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Death by PowerPoint

Death by PowerPoint

David JP Phillips spoke at TEDx Stockholm Salon 14 years ago on this very subject, Death by PowerPoint. I remember watching it then; it was a light bulb moment, what and how much we remember, the purpose of presentations, and how to do them better. He was of course, referring to presentations for adult corporate audiences because, at that time, PowerPoint in classrooms was largely unheard of.


Fast forward to today, specifically, our classrooms. PowerPoint is everywhere. Death by PowerPoint is not just for adults any longer. We are also doing it to kids, to young minds. Why are we doing this?


PowerPoint has become the go-to teaching and planning tool. Please note that there is no blame here. No judgement. I am not judging teachers for doing what they need to do in terms of compliance and planning. I get it. I have done it. I am simply hoping to spark a conversation, perhaps one that is animated in staffrooms and schools, one where maybe, just maybe, we begin to question when PowerPoint took over as the go-to way of working. Plan that way absolutely, but teach that way? Perhaps not.

Can you imagine being a young person in school knowing that a large part of your daily attention will be PowerPoint? Not only will there be a TV or screen set up for you to look at, but it will have multiple sources of information that you are supposed to be taking in, multiple places to be looking and reading, responding. Lots of information on screens, not so much conversation and questioning.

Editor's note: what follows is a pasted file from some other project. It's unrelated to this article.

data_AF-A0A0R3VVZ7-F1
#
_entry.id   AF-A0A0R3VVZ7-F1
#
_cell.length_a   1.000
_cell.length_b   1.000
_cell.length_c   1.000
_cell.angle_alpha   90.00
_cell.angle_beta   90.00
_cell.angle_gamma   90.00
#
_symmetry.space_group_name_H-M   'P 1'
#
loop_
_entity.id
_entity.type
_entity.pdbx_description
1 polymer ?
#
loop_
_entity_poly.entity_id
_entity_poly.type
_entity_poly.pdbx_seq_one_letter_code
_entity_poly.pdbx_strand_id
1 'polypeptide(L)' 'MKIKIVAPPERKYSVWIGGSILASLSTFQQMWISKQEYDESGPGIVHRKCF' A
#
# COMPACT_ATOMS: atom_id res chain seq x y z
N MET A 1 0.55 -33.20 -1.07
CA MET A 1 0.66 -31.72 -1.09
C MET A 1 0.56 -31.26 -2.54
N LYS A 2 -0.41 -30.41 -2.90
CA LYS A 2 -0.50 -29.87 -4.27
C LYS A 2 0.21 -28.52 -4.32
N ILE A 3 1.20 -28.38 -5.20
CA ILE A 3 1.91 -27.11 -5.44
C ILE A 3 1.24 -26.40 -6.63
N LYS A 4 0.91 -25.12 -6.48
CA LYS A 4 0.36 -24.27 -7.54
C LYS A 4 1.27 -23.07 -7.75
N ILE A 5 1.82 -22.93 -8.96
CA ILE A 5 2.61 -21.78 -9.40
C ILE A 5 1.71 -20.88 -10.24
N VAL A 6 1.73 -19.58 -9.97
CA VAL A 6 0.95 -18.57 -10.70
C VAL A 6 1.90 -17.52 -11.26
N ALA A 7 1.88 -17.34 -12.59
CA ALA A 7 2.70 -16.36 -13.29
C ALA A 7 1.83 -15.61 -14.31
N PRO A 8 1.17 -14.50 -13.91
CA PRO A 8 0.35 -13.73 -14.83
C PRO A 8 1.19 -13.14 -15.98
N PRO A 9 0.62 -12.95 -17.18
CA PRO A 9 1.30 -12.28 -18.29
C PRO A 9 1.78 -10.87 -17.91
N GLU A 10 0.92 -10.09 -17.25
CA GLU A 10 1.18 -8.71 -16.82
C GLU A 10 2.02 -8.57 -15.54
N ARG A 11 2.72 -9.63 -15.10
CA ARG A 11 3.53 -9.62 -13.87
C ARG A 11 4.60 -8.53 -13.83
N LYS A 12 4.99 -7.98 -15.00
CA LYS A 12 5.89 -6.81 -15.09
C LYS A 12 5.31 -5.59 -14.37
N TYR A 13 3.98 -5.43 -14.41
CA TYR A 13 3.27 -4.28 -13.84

And we ask, ‘Why are kids so apathetic these days?’ Could there be too much in the way of PowerPoint and not enough of listening to a teacher share their passion and love for the subject they are teaching? Could they look at a PowerPoint at home after they have spent the lesson being inspired by the teacher? Could they be sick to death of PowerPoint?

Our kids need a connection with the people teaching them, and we have schools filled with amazing, passionate and skilled professionals who are great at what they do. Your students will learn from you…not your PowerPoint. Ignite their passion for your subject area by sharing your own, be the expert and share your love of what you know – you will see their faces light up and then feel yours as it does the same!

Check out other articles Cassie has written here.